An "anthropological roadtrip," in the words of its creator, renowned photographer, writer and journalist Anthony Georgieff, The Bulgarians is a collection of mainly black-and-white photographs produced during the past 10 years, purporting to explain in visual terms the ongoing identity crisis of this little known country in the Balkans.
Georgieff offers a critical, yet sympathetic view of ordinary Bulgarians going about their daily business, only to suggest universal, even existential problems and inspire self-reflection.
With a foreword by Georgi Lozanov, one of Bulgaria's top intellectuals and critics, The Bulgarians will have you lurching between heartbreak and enchantment.
Anthony Georgieff's vision subverts any expectation of cliched cultural certainties, and instead offers us an ambiguous love letter, an offroad trip into the margins of Europe, and a many-faced tale of a vanishing place. This place is both an intimate, behind-the-scenes Bulgaria caught between worlds, and the photographer's own heart of an exile in his own land – as are many of the people there. A rare honest portrait of a nation on the edge of Europe, this book is a gift to anyone with an interest in European histories and cultures, now and in the future. Imbued with Georgieff's trademark humanity and bathos, The Bulgarians will have you lurching between heartbreak and enchantment.
Kapka Kassabova, writer, Bulgaria/New Zealand/Scotland
Anthony Georgieff takes us on a journey into an unknown land, which he presents to us from a critical, yet ironically tender-hearted perspective.
Andreas Müller-Pohle, artist and publisher, European Photography, Berlin
The photographs of Anthony Georgieff exist in that exquisite space between the public and the private, his subjects living lives both hopeful and resigned, in situations at once mundane and extraordinary. The Bulgarians is documentary art at its finest: The poet-guide shining a light on the simple humanity that unites ordinary people, so that we might see for ourselves the complicated identity of a country, and its people, at a crossroads.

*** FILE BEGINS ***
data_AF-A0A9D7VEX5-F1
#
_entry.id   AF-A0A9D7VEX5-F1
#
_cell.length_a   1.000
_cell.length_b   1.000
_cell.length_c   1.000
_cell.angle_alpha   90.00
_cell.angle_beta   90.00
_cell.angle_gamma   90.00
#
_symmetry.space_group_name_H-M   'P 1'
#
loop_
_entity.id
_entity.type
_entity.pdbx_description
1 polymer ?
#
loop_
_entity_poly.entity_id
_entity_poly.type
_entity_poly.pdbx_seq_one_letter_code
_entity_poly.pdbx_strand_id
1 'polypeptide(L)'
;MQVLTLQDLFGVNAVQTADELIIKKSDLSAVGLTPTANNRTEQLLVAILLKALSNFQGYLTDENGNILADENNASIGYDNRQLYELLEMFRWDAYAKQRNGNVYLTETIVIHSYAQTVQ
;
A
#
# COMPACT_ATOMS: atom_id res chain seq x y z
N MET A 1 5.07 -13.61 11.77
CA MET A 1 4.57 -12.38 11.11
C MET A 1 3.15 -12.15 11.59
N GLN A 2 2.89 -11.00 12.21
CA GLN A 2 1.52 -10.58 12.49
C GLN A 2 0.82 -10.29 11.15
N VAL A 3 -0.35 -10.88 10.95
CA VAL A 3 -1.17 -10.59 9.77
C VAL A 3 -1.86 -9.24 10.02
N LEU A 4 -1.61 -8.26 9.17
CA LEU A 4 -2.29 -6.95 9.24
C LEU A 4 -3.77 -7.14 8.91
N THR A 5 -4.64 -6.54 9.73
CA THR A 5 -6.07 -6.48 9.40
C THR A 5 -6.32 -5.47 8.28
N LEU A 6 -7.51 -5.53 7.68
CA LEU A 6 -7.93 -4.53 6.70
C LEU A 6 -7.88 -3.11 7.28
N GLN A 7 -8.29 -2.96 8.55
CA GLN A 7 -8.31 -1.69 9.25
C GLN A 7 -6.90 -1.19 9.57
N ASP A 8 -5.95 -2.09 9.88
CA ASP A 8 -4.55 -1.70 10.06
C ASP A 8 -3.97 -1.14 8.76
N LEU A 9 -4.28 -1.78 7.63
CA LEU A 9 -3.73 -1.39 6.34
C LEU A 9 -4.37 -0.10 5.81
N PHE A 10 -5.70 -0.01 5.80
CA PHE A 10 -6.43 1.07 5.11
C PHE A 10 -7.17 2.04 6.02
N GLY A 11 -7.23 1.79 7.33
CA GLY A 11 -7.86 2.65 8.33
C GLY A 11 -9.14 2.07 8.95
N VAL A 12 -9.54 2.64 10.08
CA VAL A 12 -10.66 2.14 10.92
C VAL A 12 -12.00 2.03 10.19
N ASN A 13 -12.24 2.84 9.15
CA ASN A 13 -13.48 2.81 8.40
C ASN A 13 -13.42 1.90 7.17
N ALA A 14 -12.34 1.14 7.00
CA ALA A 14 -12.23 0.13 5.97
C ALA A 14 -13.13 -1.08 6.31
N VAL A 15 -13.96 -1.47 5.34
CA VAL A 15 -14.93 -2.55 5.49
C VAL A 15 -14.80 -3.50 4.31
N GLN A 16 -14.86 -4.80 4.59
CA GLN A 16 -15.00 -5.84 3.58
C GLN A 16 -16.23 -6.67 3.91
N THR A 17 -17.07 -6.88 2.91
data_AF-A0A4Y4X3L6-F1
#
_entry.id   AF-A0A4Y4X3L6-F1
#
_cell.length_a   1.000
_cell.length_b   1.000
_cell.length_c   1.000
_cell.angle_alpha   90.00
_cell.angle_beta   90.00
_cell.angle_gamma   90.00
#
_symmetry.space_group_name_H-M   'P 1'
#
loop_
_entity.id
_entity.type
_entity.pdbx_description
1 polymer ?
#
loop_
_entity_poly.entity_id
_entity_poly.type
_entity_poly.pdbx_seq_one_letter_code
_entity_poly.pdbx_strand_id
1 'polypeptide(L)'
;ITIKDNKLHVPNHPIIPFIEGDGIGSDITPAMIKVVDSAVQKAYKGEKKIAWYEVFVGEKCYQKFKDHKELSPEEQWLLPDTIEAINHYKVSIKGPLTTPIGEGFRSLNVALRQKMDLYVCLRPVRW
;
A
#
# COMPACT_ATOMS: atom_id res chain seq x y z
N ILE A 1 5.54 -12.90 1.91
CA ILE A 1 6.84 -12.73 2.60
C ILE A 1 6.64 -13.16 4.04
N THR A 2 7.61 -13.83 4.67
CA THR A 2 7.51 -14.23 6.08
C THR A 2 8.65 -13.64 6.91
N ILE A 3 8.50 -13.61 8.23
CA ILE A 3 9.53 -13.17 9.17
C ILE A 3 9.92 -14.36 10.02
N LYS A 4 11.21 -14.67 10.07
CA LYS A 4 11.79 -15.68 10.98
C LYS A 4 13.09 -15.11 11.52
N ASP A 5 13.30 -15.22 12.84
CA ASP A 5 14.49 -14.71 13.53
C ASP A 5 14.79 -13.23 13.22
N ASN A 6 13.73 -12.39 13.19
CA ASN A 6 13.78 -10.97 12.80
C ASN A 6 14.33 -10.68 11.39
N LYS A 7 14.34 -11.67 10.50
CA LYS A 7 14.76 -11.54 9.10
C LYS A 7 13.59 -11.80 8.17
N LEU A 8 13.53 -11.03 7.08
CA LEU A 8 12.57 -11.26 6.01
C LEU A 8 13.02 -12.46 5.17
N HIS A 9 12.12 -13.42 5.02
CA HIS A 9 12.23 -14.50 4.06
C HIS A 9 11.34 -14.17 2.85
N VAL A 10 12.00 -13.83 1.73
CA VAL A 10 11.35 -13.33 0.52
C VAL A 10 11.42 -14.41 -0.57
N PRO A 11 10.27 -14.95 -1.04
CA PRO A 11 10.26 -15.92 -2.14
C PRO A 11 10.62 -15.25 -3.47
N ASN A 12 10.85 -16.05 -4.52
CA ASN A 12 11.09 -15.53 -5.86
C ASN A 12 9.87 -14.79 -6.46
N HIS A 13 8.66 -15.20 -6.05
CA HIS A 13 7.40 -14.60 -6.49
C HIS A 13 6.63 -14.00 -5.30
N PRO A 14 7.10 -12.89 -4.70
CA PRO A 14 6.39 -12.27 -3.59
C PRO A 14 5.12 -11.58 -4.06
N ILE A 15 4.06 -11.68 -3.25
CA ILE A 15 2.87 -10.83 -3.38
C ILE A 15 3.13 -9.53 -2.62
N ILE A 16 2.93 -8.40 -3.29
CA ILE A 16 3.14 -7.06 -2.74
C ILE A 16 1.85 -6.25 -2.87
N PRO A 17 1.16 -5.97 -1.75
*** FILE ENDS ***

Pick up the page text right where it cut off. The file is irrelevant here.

Kevin Larimer, Editor, Poets & Writers Magazine, New York
Georgieff’s significant body of work addresses some of the identity issues that may still burden the Bulgarians in the wake of their cultural abjection of historically dominant external powers. The Bulgarians is an impassioned exploration of intersecting collective and individual identities in modern Bulgaria that abounds with male wit and references and with female sensuality, and offers a social perspective very different from Kristeva’s feminist and psychoanalytic ideas of what constitutes such subjects.
Henning Wettendorff, photo historian and curator, Denmark
For the small nations of Southeast Europe the question of identity has always been an extremely emotional and mostly painful one. In his photographs Anthony Georgieff manages to portray, like a distanced visual anthropologist, a variety of aspects of contemporary Bulgaria that are highly informative for the outsider but are also a call to his Bulgarian readers for self-reflection and perspective change.
Professor Juliana Roth, Ludwig Maximilian University, Munich
The Bulgarians invokes the power of what’s unposed, of the unscripted moments of daily living. These photographs are an exploration of the quotidian, of the beautiful and the banal, the tragic and the true. Georgieff’s photographs capture the range of human experience, offering them not as monoliths but as humble testimony to the many ways Bulgarians live. It is the tension between what lasts and what fades that makes this work so provocative, reminding us of the transient beauty of our own lives, tragedy and toil bound up with happiness and joy.
Jeremiah Chamberlin, English Department Writing Program, University of Michigan, Ann Arbor